Alex Chalk, MP for Cheltenham, has backed a new bill to help tackle homelessness during a crucial vote in Parliament.
Alex backed the Homelessness Reduction Bill at its second reading last week (Oct 28), helping to bring the bill one step closer to becoming law.
Proposed by Bob Blackman MP and supported by homelessness charities including Crisis, the bill could transform the help available to homeless people in Cheltenham and right across the country. However, if fewer than 100 MPs had attended the debate, the bill could easily have been blocked, making support from MPs like Alex critical.
Homelessness is rising, yet the law as it stands means that homeless people who approach their council for help can be turned away to sleep on the street. If passed, the new law would help to prevent people from losing their home in the first place and make sure all homeless people can get help when they need it, whilst continuing to protect families with children from homelessness.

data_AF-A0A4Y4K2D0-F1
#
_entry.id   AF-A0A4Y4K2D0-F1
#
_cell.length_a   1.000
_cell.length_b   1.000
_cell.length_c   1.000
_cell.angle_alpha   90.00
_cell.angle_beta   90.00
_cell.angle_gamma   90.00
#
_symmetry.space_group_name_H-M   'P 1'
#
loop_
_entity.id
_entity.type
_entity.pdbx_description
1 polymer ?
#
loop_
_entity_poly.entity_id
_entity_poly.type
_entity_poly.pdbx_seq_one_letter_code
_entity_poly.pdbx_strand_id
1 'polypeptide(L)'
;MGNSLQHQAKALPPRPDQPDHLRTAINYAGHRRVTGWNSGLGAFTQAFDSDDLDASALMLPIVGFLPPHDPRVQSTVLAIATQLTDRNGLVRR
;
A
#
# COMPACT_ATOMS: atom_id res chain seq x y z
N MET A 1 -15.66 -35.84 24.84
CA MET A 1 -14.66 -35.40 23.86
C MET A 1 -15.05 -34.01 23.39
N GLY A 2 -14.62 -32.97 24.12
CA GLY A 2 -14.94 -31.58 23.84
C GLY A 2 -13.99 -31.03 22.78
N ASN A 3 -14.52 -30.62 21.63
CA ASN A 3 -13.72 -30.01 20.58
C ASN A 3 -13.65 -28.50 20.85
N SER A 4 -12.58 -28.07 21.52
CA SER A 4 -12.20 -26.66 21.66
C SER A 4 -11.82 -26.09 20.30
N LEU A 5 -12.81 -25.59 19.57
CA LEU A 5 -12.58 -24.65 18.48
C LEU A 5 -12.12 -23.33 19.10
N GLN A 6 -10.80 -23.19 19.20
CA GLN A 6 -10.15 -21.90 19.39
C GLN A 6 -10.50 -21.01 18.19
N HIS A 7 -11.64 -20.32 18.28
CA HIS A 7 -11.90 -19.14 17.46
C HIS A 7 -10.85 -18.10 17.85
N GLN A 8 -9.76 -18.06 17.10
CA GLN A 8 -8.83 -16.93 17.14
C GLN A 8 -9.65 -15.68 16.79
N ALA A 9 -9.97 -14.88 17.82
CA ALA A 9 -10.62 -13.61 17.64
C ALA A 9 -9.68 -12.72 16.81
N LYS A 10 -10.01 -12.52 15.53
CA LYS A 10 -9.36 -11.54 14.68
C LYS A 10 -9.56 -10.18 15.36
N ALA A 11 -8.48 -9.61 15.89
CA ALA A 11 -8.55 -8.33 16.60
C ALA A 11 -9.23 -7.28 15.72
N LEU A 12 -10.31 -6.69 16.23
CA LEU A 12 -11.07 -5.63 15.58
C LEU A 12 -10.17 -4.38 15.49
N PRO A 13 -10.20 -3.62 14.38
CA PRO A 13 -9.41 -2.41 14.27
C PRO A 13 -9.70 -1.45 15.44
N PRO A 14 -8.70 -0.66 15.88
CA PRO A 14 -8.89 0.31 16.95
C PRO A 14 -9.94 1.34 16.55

The bill has the backing of the Government, the opposition and the CLG Select Committee following an in-depth inquiry.
Speaking about the Bill, Alex said: “This is about basic social justice. Nobody should be forced to sleep rough because they can’t get the help they need, not in Cheltenham nor anywhere else.
“I’ve personally heard from local constituents who were unable to get help when they became homeless. It’s time we took action. We need to make sure that anyone facing homelessness can get help, ideally before they actually lose their home. That’s why I’m backing the Homelessness Reduction Bill put forward by Bob Blackman MP, and I urge my colleagues on both sides of the house to offer their support as it moves through parliament.”
Crisis Chief Executive Jon Sparkes said: “This is a landmark moment, and we’d like to thank Alex for backing this unique bill. We still have a long way to go before it becomes law, but we’ll be there every step of the way to help make sure it happens.
“We have the momentum and we have the cross party consensus, and today’s success shows what can be done when people come together to help tackle homelessness. Yet this is no time for complacency. We must continue to build on what we’ve achieved today, both to get the bill through parliament and to make it work for homeless people if and when it finally becomes law.”